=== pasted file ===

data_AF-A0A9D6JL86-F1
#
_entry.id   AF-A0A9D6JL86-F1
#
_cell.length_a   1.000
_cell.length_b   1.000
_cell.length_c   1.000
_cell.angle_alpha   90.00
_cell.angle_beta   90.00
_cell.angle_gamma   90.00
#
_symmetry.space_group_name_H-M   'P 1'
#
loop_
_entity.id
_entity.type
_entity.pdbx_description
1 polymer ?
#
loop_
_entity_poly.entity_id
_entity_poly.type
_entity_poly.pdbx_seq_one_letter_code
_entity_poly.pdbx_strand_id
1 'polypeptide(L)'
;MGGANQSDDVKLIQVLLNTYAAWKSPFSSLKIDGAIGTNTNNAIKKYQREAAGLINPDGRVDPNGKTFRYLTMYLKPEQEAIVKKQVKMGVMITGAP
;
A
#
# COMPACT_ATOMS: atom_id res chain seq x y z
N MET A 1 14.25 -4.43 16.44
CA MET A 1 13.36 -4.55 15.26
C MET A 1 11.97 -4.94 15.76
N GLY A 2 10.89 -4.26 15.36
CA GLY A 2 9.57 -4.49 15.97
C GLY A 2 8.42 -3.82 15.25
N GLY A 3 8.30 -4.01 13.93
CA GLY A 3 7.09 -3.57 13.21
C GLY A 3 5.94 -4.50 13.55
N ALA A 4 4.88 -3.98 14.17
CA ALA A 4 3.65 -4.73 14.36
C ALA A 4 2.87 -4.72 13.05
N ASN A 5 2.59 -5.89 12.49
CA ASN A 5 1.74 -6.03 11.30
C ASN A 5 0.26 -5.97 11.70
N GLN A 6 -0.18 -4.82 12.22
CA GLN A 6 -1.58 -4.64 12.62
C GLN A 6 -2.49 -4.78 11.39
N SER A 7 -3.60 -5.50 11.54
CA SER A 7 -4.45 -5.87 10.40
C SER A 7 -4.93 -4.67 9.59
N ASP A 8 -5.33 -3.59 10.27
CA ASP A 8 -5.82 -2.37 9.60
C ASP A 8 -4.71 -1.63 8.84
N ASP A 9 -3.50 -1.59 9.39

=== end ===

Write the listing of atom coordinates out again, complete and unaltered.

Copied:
data_AF-A0A9D6JL86-F1
#
_entry.id   AF-A0A9D6JL86-F1
#
_cell.length_a   1.000
_cell.length_b   1.000
_cell.length_c   1.000
_cell.angle_alpha   90.00
_cell.angle_beta   90.00
_cell.angle_gamma   90.00
#
_symmetry.space_group_name_H-M   'P 1'
#
loop_
_entity.id
_entity.type
_entity.pdbx_description
1 polymer ?
#
loop_
_entity_poly.entity_id
_entity_poly.type
_entity_poly.pdbx_seq_one_letter_code
_entity_poly.pdbx_strand_id
1 'polypeptide(L)'
;MGGANQSDDVKLIQVLLNTYAAWKSPFSSLKIDGAIGTNTNNAIKKYQREAAGLINPDGRVDPNGKTFRYLTMYLKPEQEAIVKKQVKMGVMITGAP
;
A
#
# COMPACT_ATOMS: atom_id res chain seq x y z
N MET A 1 14.25 -4.43 16.44
CA MET A 1 13.36 -4.55 15.26
C MET A 1 11.97 -4.94 15.76
N GLY A 2 10.89 -4.26 15.36
CA GLY A 2 9.57 -4.49 15.97
C GLY A 2 8.42 -3.82 15.25
N GLY A 3 8.30 -4.01 13.93
CA GLY A 3 7.09 -3.57 13.21
C GLY A 3 5.94 -4.50 13.55
N ALA A 4 4.88 -3.98 14.17
CA ALA A 4 3.65 -4.73 14.36
C ALA A 4 2.87 -4.72 13.05
N ASN A 5 2.59 -5.89 12.49
CA ASN A 5 1.74 -6.03 11.30
C ASN A 5 0.26 -5.97 11.70
N GLN A 6 -0.18 -4.82 12.22
CA GLN A 6 -1.58 -4.64 12.62
C GLN A 6 -2.49 -4.78 11.39
N SER A 7 -3.60 -5.50 11.54
CA SER A 7 -4.45 -5.87 10.40
C SER A 7 -4.93 -4.67 9.59
N ASP A 8 -5.33 -3.59 10.27
CA ASP A 8 -5.82 -2.37 9.60
C ASP A 8 -4.71 -1.63 8.84
N ASP A 9 -3.50 -1.59 9.39